Terrance Heath

Why Conservatives Have Lost 'The Real Referendum'

Filed By Terrance Heath | October 05, 2012 12:30 PM | comments

Filed in: Politics
Tags: conservative politics, government, Mitt Romney, new deal, obamacare, paul krugman, Paul Ryan, real referendum


In his most recent column, Paul Krugman makes a convincing case that the "real referendum" in this election isn't about President Obama's (real or imagined) economic policies, but about "the legacy of the New Deal and the Great Society, on Social Security, Medicare and, yes, Obamacare, which represents an extension of that legacy."

Krugman predicts that President Obama will win this resolution, and goes on to question whether the President will honor the will of American voters in his second term.

If Obama wins, that means conservatives will have lost the "real referendum." Conservatives have already lost the "real referendum." They've been losing it for a long time — and it's worth considering why that's the case.

Krugman writes:

Yet there is a sense in which the election is indeed a referendum, but of a different kind. Voters are, in effect, being asked to deliver a verdict on the legacy of the New Deal and the Great Society, on Social Security, Medicare and, yes, Obamacare, which represents an extension of that legacy. Will they vote for politicians who want to replace Medicare with Vouchercare, who denounce Social Security as "collectivist" (as Paul Ryan once did), who dismiss those who turn to social insurance programs as people unwilling to take responsibility for their lives?

If the polls are any indication, the result of that referendum will be a clear reassertion of support for the safety net, and a clear rejection of politicians who want to return us to the Gilded Age.

So, what do the polls indicate?

So, why do the polls indicate dismal prospect for conservatives in the "real referendum"? I can think of a few reasons.

First, like I said earlier, millions of Americans heard Mitt Romney's disdainful comments about "47 percent" of Americans, and knew on a gut level that he was talking about them and their loved-ones. Their responses made one thing very clear — they didn't like it.

Even Americans who aren't technically part of the 47 percent, because they do earn enough to owe federal income taxes, were stung Romney's assertion that people like "them" — who are struggling though the recession and the unemployment crisis — just don't want to "take personal responsibility and care for their lives." For them, Romney's remarks confirmed their worst suspicions about him: that Romney knows nothing about "personal responsibility" or about their lives, and doesn't care to.

The thing about not having much money is you have to take much more responsibility for your life. You can't pay people to watch your kids or clean your house or fix your meals. You can't necessarily afford a car or a washing machine or a home in a good school district. That's what money buys you: goods and services that make your life easier, that give you time and space to focus on what you want to focus on.

That's what money has bought Romney, too. He's a guy who sold his dad's stock to pay for college, who built an elevator to ensure easier access to his multiple cars and who was able to support his wife's decision to be a stay-at-home mom. That's great! That's the dream.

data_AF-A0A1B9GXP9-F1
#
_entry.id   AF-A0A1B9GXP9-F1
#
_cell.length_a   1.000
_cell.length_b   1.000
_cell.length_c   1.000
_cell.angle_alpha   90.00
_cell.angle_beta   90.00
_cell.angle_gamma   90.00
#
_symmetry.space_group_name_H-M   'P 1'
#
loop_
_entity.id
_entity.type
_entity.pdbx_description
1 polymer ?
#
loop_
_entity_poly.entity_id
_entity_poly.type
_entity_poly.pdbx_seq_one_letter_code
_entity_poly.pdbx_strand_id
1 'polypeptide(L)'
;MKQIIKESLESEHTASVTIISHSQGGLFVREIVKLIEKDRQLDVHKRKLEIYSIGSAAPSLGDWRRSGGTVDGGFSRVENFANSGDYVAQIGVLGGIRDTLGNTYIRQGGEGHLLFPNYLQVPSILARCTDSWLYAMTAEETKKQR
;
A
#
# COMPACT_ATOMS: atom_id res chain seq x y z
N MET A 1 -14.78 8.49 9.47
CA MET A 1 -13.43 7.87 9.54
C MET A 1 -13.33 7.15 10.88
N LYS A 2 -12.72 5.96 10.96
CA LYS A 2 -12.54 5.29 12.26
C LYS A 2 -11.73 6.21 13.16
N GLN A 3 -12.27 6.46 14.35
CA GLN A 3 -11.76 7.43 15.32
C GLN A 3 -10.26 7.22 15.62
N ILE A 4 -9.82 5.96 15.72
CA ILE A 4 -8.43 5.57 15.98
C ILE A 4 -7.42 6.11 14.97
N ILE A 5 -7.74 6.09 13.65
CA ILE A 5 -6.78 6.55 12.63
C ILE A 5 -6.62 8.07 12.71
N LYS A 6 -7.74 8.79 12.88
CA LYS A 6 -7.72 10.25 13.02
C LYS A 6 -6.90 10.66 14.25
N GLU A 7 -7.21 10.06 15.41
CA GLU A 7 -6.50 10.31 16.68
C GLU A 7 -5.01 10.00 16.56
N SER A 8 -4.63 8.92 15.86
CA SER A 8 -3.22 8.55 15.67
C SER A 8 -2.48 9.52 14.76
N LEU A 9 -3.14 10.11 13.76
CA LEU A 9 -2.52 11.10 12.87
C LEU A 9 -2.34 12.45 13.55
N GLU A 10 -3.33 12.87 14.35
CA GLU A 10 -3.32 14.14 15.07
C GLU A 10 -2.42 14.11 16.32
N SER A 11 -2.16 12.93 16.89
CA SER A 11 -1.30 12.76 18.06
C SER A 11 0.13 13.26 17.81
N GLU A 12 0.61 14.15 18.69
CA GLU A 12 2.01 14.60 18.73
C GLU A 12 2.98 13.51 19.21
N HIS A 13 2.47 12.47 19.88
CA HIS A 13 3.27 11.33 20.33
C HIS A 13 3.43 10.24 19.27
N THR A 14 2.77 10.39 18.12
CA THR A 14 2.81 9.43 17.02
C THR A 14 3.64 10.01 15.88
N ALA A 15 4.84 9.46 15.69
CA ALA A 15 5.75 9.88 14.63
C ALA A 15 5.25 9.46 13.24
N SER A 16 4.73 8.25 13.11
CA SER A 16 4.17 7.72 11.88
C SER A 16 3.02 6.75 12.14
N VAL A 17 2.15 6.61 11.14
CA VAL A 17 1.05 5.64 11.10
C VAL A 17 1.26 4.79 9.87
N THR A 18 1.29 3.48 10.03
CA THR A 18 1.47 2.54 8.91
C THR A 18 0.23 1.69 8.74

The problem is living the dream has blinded him to other people's reality. His comments evince no understanding of how difficult it is to focus on college when you're also working full time, how much planning it takes to reliably commute to work without a car, how awful it is to choose between skipping a day on a job you can't afford to lose and letting your sick child fend for herself. The working poor haven't abdicated responsibility for their lives. They're drowning in it.

Second, even Americans who are fortunate enough to (a) have jobs and (b) earn enough to owe federal income taxes, know that even if they aren't part of the 47 percent, they and their love-ones are part of the 96 percent of Americans who have benefitted from government assistance.

But political scientists Suzanne Mettler and John Sides argue that this definition of "government benefit" is far too narrow. If you include all federal benefits that go to specific households, from Social Security to even tax expenditures like the mortgage-interest deduction, then survey data from 2008 reveals that 96 percent of Americans have received assistance from the federal government at some point in their life:

What the data reveal is striking: nearly all Americans – 96 percent – have relied on the federal government to assist them. Young adults, who are not yet eligible for many policies, account for most of the remaining 4 percent.

On average, people reported that they had used five social policies at some point in their lives. An individual typically had received two direct social benefits in the form of checks, goods or services paid for by government, like Social Security or unemployment insurance. Most had also benefited from three policies in which government's role was "submerged," meaning that it was channeled through the tax code or private organizations, like the home mortgage-interest deduction and the tax-free status of the employer contribution to employees' health insurance.

Mitt Romney and Paul Ryan have also benefitted from received government assistance. The difference between them and millions of middle- and working-class Americans is that Romney and Ryan don't seem to realize how much that assistance has mattered to them. Many of us in the other 96 percent know it only too well. After all, some of us are barely holding on, and would fall into the 47 percent without it.